Each June, more than 1 million people gather en masse on Chicago’s north side to revel in rainbow and show off their pride. The last weekend of Pride Month marks the marquis queer event for Chicago, an elaborate and colorful cavalcade of floats, dancers, musicians, and rainbow flags — waved by members of the LGBTQ+ community and allies alike. Now one of the largest Pride celebrations in the world, it’s come a long way since its origins in 1970, from a small march to the Chicago Water Tower. Nowadays, it’s the biggest celebration of Pride in the Midwest, celebrating LGBTQ+ history and culture in a city that’s long been a haven for it.
Long before Chicago’s Pride parades were drawing crowds equivalent to the population of Austin, before its neighborhoods were lined with rainbow pylons, and before the city had its first lesbian mayor, LGBTQ+ history has helped mold it into the modern, progressive, and inclusive metropolis it’s become, teeming with loud-and-proud art, nightlife, drag, film, music, and more.
A year after the Stonewall riots in New York City, activists in Chicago were boldly forging a bath forward in their own way. In 1970, the same year that a small Pride march would materialize downtown for the first time in the city’s history, the Liberation Dance was held to urge local gay bars to drop their policies of banning same-sex couples from dancing together. By boycotting these bars for one night and hosting their own dance in a public forum, the hope was they’d strong-arm these businesses into doing the right thing, and they did so with the help of a Black Muslim insurance agent, the only one brave enough to insure the dance venue, the colossal Coliseum, for the event. Why? Because LGBTQ+ people and Black Muslims were both all too aware of police brutality, as witnessed a year before at Stonewall. 2,000 people showed up to dance on the night of April 18, 1970, and it went off safely without any arrests or raids.
Billed as the first queer dance party in Chicago history, and surely paving the way for the nightly gay dance parties along North Halsted Street nowadays, it was held five months after the police assassinations of Fred Hampton and Mark Clark of the Black Panther Party, stoking an urgent need to fight back, be heard, be seen, and band together. It was an incident of marginalized communities — in this case, LGBTQ+ people and Black Muslim — uniting for a common goal. Also on the heels of the Democratic National Convention in 1968, Chicago’s LGBTQ+ community witnessed the importance of standing up to police harassment, and they followed suit.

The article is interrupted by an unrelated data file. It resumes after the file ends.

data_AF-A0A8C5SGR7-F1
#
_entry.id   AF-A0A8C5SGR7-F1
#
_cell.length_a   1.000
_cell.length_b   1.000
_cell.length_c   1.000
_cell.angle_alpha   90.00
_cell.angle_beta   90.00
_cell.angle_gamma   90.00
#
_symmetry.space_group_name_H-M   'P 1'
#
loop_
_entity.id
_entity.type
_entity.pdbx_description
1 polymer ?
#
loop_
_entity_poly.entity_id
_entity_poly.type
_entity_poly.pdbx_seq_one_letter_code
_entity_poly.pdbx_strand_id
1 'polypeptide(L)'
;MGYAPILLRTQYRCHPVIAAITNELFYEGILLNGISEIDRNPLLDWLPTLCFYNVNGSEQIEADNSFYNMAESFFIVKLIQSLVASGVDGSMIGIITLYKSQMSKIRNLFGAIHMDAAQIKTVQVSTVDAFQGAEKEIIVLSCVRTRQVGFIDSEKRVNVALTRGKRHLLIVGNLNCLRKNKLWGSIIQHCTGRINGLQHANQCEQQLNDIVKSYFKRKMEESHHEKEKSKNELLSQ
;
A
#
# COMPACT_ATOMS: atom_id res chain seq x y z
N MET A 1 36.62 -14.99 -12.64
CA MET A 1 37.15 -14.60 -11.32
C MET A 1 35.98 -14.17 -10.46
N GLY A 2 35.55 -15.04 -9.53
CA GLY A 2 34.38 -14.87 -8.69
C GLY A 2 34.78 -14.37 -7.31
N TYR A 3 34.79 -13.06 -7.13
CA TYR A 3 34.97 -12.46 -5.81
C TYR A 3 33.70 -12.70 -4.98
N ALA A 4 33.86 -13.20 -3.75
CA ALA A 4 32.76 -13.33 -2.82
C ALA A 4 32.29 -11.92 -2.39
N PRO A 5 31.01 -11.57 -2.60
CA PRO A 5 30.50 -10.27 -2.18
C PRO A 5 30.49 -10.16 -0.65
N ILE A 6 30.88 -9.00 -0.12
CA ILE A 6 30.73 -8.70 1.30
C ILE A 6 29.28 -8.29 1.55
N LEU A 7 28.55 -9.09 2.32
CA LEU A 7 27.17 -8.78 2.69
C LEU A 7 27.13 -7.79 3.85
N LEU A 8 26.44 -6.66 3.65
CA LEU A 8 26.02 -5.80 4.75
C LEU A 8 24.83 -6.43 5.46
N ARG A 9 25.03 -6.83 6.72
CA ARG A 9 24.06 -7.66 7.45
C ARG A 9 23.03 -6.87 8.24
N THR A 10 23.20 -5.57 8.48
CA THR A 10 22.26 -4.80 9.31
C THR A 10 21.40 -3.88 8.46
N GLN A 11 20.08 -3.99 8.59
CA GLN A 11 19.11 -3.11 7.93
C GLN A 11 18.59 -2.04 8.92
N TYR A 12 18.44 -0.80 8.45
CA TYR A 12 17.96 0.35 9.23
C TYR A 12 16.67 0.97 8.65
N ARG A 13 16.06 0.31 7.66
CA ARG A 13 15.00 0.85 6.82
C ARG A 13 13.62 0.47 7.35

The Liberation Dance was a symbolic victory. Devoid of practically any customers on the night of the Liberation Dance, and subsequently met with protesters rallying against discrimination, gay bars like the Normandy Inn quickly dropped their policies against same-sex dancing. Police raids still ran rampant, though. Although Illinois’ discriminatory sodomy law was repealed in 1961, harassment from police in bars was a common occurrence, even into the early 1980s, well after the success of the Liberation Dance. The first lawsuit filed against police harassment came in 1968, but it took years for politicians to acknowledge the importance of the gay vote, for the media to soften their stance, and for the courts to address the obvious bigotry. By the time a police raid of a gay bar, Carol’s Speakeasy, occurred in 1985, social tides had shifted and restitution was awarded to those who were harassed at the bar — not the ones doing the harassing.
Around this same time, as they did with the Liberation Dance, queer activities in Chicago were continuing to align with progressive Black politicians and anti-racism activists. By following similar strategies, particularly when it came to defending against police harassment and discrimination, they were able to safely forge a path forward, little by little. By 1986, when Chicago city council was voting on a gay rights ordinance for the first time ever, a Black alderman was the key vote that made it pass.
Of course, in a city as infamously segregated as Chicago, these social alliances have not been without turbulences — through the ‘70s and ‘80s, the predominantly white north side calcified as the epicenter of the city’s queer culture, establishing the stereotypical link between gayness and whiteness. This was cemented in the late-‘90s with the creation of Boystown (recently renamed Northalsted, to be more inclusive), lined with rainbow pylons and an increasing array of LGBTQ-owned bars and businesses. In more recent years, though, concerted efforts have been made to unify the two marginalized communities again, starting with the Legacy Walk, a half-mile outdoor “museum” of plaques and dedications along North Halsted Street, many of which are reserved for Black figures in queer history, like James Baldwin, David Kato, and Lorraine Hansberry.
Elsewhere, one of the country’s most enduring Black-owned gay bars, Jeffrey Pub, continues its own legacy on the south side, while a newer entry in Andersonville, Nobody’s Darling, is a bar owned by Black lesbians. And back in Northalsted, in a rainbow-clad neighborhood lined with iconic gay bars like Hydrate and Sidetrack, and where the epicenter of the colossal Pride parade takes place, change continues, as it always had. The same street as the parade route has become the route for the annual Drag Mach for Change, an event led by Black drag queens and transgender people demanding racial justice in Chicago’s greater LGBTQ+ community.
More than 50 years after Chicago’ first public queer dance party, and three years after Lori Lightfoot broke the mold as the city’s first Black lesbian mayor, protest and progress continue to shape the city, and it’s all thanks to those unafraid to get loud, to dance, and to march.